There’s been a lot of discussion over whether Michael Vick was at fault for getting injured yet again the other night. That’s silly talk, since Vick was hit in the pocket and not while foolishly scrambling for an extra yard. Almost any other Philly athlete would be applauded for being as stubbornly tough as Vick (hello, Chase Utley). But, for reasons that probably touch a bit on race, the knee-jerk reaction is to blame Vick for playing the game as hard as he can.
There is one thing that Vick may be at fault for, though.
ESPN’s Darren Rovell tweeted last night that Vick was not wearing a rib protection shirt that he endorses… according to the company that makes said rib protection shirt.
In January, 2011, Vick signed an endorsement deal with Philly area-based Unequal, makers of “military grade, battle tested composite, breathable, lightweight and comfortable” padded under armor (ambiguous) that protects against “harsh blows on any battlefield.” Get all that? Unequal made Vick a special shock-absorbing chest protector in the fall of 2010 to help him return from a rib cartilage injury. After his first game back, against the Colts, Vick credited Unequal for making him feel “invincible." That comment sparked talks between the two sides and it eventually led to the endorsement deal. [This Wall Street Journal article detailed the courtship between Vick and Unequal.]
In a statement, Vick had said the following: "Unequal's protective power gives me a whole new level of confidence in my game. It makes me feel invincible."
Maybe he doesn't like the way that feels: Vick has now twice injured his ribs since signing his deal with Unequal: He broke them last season, causing him to miss three games, and now has a “contusion” that will likely keep him out until at least Week 1.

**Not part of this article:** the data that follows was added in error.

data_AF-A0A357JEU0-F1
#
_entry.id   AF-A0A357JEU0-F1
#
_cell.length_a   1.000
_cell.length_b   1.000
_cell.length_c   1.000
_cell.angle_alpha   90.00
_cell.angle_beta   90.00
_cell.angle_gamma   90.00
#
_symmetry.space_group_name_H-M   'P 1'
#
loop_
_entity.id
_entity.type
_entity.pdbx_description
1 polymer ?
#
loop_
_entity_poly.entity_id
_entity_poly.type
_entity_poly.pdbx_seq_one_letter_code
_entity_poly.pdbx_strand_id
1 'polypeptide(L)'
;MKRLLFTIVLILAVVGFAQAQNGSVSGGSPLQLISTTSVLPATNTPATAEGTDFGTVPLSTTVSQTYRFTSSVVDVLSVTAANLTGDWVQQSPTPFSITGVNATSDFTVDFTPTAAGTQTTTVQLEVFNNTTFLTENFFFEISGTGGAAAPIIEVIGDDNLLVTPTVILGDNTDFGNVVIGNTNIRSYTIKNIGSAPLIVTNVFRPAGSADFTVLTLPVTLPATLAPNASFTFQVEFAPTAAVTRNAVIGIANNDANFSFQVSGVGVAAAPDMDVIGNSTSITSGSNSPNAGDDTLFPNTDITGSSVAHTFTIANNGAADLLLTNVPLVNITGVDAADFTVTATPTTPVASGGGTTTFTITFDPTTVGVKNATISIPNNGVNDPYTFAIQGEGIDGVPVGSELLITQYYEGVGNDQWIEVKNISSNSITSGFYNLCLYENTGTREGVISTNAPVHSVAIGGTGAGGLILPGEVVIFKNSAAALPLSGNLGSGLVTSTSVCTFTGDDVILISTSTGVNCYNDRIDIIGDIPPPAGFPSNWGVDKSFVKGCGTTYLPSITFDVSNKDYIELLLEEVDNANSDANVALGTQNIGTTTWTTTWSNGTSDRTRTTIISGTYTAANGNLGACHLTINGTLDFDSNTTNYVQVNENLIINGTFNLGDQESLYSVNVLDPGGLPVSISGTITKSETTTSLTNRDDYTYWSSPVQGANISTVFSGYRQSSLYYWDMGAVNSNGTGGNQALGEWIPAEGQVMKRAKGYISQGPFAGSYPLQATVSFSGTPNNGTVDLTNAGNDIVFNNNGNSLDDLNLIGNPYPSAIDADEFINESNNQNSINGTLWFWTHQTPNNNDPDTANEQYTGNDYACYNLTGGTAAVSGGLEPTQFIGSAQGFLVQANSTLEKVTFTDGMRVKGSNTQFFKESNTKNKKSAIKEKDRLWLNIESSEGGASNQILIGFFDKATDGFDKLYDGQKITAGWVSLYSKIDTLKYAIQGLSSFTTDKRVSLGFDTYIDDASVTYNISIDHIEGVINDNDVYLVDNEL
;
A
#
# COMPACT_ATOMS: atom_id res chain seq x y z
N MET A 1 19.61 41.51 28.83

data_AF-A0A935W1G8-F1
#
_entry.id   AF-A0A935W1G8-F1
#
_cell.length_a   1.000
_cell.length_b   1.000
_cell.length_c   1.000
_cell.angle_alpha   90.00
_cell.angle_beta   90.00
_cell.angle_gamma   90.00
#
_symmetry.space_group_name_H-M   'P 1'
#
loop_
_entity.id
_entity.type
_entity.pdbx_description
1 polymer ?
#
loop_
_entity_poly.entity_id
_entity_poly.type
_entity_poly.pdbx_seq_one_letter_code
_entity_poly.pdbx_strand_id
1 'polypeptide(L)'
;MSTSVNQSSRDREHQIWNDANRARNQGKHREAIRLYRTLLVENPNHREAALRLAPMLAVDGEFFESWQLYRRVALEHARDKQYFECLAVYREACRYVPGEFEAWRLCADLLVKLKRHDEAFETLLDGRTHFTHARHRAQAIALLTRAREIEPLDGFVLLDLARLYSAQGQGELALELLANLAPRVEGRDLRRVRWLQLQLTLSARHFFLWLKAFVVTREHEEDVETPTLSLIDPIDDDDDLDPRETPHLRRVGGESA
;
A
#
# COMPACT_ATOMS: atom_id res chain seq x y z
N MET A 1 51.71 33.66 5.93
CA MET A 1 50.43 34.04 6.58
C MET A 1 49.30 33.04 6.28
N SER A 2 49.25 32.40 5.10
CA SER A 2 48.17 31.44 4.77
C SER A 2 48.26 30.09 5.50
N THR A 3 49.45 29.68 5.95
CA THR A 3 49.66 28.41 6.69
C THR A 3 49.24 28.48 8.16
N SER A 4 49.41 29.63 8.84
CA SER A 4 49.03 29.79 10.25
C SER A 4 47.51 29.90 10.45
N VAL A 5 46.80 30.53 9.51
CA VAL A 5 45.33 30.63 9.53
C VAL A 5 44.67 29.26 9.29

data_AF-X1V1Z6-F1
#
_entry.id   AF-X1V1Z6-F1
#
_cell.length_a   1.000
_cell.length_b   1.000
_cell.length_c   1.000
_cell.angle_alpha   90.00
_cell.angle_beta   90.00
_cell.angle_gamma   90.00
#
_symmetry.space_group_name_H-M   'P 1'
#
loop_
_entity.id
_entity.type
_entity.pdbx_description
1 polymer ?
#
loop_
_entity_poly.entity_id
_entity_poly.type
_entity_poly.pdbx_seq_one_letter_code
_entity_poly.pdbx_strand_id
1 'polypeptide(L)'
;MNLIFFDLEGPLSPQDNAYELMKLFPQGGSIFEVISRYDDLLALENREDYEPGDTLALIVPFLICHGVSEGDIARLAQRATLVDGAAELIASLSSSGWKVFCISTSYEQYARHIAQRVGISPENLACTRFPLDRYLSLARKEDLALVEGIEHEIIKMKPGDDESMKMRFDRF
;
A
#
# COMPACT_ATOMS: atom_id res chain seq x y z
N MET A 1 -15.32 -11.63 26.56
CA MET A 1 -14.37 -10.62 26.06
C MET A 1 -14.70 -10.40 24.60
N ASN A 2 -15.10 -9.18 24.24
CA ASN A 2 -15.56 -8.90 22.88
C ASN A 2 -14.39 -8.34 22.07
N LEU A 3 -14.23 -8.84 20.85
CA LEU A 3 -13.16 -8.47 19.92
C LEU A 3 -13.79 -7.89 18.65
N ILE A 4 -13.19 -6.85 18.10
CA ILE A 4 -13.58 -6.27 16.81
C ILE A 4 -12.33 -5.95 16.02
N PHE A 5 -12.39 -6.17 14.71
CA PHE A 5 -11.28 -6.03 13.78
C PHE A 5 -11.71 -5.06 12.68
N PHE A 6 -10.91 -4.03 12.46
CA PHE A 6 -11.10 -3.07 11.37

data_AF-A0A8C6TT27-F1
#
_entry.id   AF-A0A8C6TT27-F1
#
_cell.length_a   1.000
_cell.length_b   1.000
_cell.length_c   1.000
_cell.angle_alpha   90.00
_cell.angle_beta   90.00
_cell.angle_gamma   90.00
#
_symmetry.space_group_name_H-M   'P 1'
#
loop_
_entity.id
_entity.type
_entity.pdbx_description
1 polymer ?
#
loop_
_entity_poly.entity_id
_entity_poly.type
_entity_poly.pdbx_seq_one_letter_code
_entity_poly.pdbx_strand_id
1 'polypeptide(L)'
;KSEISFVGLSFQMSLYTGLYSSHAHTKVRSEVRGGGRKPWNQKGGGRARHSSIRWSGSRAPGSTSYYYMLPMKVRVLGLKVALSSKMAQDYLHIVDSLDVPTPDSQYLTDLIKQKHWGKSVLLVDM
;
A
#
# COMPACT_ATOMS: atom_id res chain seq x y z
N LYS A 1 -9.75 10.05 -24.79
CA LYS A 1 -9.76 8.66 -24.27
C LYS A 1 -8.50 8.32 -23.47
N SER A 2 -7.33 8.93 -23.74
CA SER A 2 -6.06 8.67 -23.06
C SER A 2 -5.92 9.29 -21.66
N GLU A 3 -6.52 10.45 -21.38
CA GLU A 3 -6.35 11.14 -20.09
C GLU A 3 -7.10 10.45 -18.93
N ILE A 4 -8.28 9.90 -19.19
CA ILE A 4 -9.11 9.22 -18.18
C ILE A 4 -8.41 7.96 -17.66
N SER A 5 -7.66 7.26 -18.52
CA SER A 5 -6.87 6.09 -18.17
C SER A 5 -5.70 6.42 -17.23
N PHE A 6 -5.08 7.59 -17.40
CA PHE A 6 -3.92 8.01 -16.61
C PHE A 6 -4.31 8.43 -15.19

Those injuries may be the result of Vick not fulfilling the obligations of his endorsement deal with Unequal.
I spoke with Unequal President Rob Vito this morning. He confirmed Rovell's report that Vick wasn’t wearing Unequal on Monday night: “Mike Vick was not wearing the Unequal Exo Armor chest protector shirt. We are waiting for the Eagles equipment manager to place the order so that Vick can be custom-fitted for the 2012 season.”
Here’s where it gets fun, though: Vito fired a shot at Nike. He believes that Vick was wearing the NFL’s standard issue Nike Combat undershirt on Monday night and when he suffered his rib injury against the Cardinals last season.
In an Unequal press release from last December, Vick confirmed Vito’s claim:
Since breaking his ribs last season in a game against the Washington Redskins, the Philadelphia Eagles QB has been wearing an UNEQUAL Body Armor built into a thermally insulated winter weight shirt, as Vick instructed. Facing unexpected hot temperatures in last month's game against theArizona Cardinals, Vick opted to forgo the UNEQUAL winter weight body armor and instead wore a competitors' protective gear that resulted in Vick breaking two ribs and missing the last three games.
"I wore a different one, not made by UNEQUAL," he admitted. "I switched it up because the UNEQUAL gear was a winter weight and it was hot that day. Bottom line: I didn't use UNEQUAL and got hurt. I now regret it."
Vito says Vick is required to wear Unequal gear on the field per the terms of their agreement. However, the company’s president is respectful of the fact that players often feel pressured to wear equipment from big-name brands and league sponsors, such as Nike.
Unequal, which was founded in 2008, supplies protective gear to many in the NFL, including Tony Romo and the St. Louis Rams. Vito says he once had ESPN's Ed Werder hit him in the chest with a shovel to demonstrate durability of Unequal Exo Armor (I would love to find that video).
On 97.5 The Fanatic yesteday, Phils Simms told Jon Marks and Brian Baldinger he thought it was “crazy” that Vick wasn’t wearing rib protection, especially in a preseason game.
Andy Reid, however, believes that Vick was wearing some sort of protection. Here’s what he said after the game: [Philly.com]
"We have a variety of flak jackets, the cumbersome ones and the ones that are a little more flexible," Reid said.
Vick's injury showed that the protective gear was either insufficient or inadequate. Even Reid admitted as much after the game.
"Whatever he had on didn't work," Reid said. "But listen, things happen."
Apparently, the whatever he had on was Nike, not Unequal. Says Unequal.